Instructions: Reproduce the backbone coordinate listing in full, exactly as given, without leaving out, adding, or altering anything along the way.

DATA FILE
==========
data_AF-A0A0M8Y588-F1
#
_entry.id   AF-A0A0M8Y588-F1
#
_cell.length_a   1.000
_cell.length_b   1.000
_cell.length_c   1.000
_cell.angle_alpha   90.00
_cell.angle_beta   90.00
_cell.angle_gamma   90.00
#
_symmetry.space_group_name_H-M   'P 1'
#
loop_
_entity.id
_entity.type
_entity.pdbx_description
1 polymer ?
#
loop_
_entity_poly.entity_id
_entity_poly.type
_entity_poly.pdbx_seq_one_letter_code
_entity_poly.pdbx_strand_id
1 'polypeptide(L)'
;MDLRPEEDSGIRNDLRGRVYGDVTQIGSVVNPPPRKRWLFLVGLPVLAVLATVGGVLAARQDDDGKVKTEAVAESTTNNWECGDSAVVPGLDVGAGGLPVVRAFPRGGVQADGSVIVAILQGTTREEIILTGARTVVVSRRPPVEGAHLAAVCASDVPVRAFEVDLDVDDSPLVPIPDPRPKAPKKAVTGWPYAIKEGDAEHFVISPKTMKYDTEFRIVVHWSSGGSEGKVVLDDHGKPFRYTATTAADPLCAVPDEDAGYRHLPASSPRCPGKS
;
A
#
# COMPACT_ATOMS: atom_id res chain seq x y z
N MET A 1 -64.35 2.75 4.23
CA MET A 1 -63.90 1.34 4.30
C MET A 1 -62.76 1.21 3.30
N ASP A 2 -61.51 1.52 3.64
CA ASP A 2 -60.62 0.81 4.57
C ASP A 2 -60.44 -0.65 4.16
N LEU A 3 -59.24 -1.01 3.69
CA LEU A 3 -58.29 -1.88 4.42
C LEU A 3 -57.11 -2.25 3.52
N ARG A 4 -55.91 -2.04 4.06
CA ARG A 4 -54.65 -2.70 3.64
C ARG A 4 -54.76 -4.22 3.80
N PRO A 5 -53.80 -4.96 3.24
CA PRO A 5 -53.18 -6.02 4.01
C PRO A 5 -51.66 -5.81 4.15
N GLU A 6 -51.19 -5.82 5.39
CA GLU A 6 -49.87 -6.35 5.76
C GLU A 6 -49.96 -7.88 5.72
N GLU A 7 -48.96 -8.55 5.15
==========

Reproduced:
data_AF-A0A0M8Y588-F1
#
_entry.id   AF-A0A0M8Y588-F1
#
_cell.length_a   1.000
_cell.length_b   1.000
_cell.length_c   1.000
_cell.angle_alpha   90.00
_cell.angle_beta   90.00
_cell.angle_gamma   90.00
#
_symmetry.space_group_name_H-M   'P 1'
#
loop_
_entity.id
_entity.type
_entity.pdbx_description
1 polymer ?
#
loop_
_entity_poly.entity_id
_entity_poly.type
_entity_poly.pdbx_seq_one_letter_code
_entity_poly.pdbx_strand_id
1 'polypeptide(L)'
;MDLRPEEDSGIRNDLRGRVYGDVTQIGSVVNPPPRKRWLFLVGLPVLAVLATVGGVLAARQDDDGKVKTEAVAESTTNNWECGDSAVVPGLDVGAGGLPVVRAFPRGGVQADGSVIVAILQGTTREEIILTGARTVVVSRRPPVEGAHLAAVCASDVPVRAFEVDLDVDDSPLVPIPDPRPKAPKKAVTGWPYAIKEGDAEHFVISPKTMKYDTEFRIVVHWSSGGSEGKVVLDDHGKPFRYTATTAADPLCAVPDEDAGYRHLPASSPRCPGKS
;
A
#
# COMPACT_ATOMS: atom_id res chain seq x y z
N MET A 1 -64.35 2.75 4.23
CA MET A 1 -63.90 1.34 4.30
C MET A 1 -62.76 1.21 3.30
N ASP A 2 -61.51 1.52 3.64
CA ASP A 2 -60.62 0.81 4.57
C ASP A 2 -60.44 -0.65 4.16
N LEU A 3 -59.24 -1.01 3.69
CA LEU A 3 -58.29 -1.88 4.42
C LEU A 3 -57.11 -2.25 3.52
N ARG A 4 -55.91 -2.04 4.06
CA ARG A 4 -54.65 -2.70 3.64
C ARG A 4 -54.76 -4.22 3.80
N PRO A 5 -53.80 -4.96 3.24
CA PRO A 5 -53.18 -6.02 4.01
C PRO A 5 -51.66 -5.81 4.15
N GLU A 6 -51.19 -5.82 5.39
CA GLU A 6 -49.87 -6.35 5.76
C GLU A 6 -49.96 -7.88 5.72
N GLU A 7 -48.96 -8.55 5.15